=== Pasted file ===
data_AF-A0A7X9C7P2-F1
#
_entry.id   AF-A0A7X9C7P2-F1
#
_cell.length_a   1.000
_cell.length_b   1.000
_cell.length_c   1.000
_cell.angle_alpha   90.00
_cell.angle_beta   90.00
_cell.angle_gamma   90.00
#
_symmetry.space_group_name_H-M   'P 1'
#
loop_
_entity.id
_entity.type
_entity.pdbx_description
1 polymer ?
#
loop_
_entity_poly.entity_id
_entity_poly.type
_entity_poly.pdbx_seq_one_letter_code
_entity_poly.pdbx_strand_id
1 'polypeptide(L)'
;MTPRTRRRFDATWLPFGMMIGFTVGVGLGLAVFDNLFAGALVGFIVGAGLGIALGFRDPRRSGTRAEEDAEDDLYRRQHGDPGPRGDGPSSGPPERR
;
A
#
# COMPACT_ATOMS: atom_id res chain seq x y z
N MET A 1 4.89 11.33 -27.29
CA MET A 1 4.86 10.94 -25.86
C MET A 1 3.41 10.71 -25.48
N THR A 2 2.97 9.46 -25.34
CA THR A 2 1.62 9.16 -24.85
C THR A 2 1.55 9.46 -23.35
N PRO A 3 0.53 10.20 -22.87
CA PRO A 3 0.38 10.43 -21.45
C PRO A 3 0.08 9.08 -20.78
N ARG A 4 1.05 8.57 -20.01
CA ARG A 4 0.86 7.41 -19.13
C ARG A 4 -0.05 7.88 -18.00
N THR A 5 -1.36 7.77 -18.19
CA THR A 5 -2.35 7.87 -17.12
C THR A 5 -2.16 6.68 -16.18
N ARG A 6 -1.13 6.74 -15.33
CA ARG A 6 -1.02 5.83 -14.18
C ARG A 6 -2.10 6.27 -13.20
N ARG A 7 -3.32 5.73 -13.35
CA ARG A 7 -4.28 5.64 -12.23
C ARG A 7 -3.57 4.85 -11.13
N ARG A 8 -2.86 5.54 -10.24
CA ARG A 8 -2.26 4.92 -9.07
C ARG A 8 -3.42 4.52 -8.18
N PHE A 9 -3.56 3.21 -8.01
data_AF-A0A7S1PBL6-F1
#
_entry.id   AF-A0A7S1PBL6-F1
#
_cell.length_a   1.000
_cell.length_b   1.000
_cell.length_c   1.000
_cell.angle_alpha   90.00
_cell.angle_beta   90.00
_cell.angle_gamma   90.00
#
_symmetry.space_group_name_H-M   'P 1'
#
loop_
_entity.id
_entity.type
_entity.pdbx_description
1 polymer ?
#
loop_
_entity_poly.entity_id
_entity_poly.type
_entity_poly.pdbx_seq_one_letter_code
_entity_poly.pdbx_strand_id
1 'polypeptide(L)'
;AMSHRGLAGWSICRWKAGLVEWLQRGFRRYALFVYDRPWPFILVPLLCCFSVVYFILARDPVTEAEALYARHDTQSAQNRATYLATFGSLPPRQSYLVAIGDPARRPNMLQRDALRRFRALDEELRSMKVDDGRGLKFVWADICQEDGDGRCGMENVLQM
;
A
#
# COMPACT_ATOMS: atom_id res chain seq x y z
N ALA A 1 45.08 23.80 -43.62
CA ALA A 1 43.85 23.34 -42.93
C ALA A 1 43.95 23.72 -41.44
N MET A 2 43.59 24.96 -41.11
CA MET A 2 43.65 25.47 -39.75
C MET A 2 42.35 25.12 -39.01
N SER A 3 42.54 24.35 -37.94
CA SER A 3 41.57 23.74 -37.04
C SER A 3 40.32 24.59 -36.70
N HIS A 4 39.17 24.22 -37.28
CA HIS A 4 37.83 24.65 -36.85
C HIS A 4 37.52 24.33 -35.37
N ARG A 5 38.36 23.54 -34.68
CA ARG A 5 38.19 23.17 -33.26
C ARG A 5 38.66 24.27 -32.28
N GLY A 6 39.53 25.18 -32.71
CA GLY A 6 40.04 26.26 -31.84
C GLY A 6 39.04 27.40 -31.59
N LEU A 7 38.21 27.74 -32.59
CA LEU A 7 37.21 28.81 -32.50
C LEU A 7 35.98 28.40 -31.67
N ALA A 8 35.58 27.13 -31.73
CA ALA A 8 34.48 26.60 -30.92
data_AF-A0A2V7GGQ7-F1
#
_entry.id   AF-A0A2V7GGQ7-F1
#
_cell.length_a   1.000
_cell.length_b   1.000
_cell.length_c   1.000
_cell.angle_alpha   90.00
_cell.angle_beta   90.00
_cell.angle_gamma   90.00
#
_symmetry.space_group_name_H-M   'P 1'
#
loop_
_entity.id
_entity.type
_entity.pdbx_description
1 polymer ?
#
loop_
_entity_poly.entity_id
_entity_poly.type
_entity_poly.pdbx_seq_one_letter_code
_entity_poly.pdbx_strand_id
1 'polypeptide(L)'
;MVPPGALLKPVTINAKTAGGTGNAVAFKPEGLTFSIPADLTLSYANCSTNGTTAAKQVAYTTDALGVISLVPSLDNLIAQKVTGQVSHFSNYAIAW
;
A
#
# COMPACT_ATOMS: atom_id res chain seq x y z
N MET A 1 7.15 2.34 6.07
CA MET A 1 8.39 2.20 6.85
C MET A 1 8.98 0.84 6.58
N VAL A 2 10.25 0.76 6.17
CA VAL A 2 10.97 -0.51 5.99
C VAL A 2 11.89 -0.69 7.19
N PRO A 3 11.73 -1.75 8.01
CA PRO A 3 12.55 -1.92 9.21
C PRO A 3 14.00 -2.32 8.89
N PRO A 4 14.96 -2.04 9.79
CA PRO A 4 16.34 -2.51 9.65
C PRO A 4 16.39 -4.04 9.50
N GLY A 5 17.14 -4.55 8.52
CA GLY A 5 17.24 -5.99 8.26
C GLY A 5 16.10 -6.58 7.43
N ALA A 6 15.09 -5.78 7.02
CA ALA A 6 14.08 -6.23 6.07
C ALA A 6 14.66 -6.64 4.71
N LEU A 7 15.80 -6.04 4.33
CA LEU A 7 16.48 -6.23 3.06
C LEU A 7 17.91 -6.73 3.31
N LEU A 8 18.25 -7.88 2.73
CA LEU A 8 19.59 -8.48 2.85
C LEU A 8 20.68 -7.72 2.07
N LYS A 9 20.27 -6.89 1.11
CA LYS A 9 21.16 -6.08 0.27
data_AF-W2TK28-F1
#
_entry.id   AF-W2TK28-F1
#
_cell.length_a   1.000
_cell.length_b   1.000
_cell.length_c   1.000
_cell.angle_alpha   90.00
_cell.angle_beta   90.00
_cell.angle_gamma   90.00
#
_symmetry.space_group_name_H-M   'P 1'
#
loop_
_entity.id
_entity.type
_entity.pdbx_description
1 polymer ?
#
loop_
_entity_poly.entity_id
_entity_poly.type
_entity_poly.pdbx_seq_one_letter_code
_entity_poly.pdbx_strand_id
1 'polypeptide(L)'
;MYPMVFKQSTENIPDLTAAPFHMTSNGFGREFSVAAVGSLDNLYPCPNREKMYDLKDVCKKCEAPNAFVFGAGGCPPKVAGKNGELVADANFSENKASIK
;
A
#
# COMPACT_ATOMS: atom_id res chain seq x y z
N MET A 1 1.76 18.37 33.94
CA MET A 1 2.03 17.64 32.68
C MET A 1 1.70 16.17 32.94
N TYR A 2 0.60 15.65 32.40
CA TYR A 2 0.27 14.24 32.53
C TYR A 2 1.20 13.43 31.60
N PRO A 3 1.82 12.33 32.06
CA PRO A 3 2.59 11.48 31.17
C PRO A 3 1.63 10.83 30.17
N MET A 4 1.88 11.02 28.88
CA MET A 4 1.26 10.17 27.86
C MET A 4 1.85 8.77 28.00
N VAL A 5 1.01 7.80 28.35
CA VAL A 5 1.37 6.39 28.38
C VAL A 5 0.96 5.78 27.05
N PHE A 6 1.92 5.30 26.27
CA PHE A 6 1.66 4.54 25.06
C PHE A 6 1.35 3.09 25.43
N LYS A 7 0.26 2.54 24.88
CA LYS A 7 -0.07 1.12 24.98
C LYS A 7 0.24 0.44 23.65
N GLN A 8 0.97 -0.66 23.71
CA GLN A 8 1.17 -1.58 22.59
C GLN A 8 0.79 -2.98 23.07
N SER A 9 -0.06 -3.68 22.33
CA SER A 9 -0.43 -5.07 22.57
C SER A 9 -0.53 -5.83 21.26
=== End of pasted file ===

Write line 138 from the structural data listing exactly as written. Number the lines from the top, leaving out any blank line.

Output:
# COMPACT_ATOMS: atom_id res chain seq x y z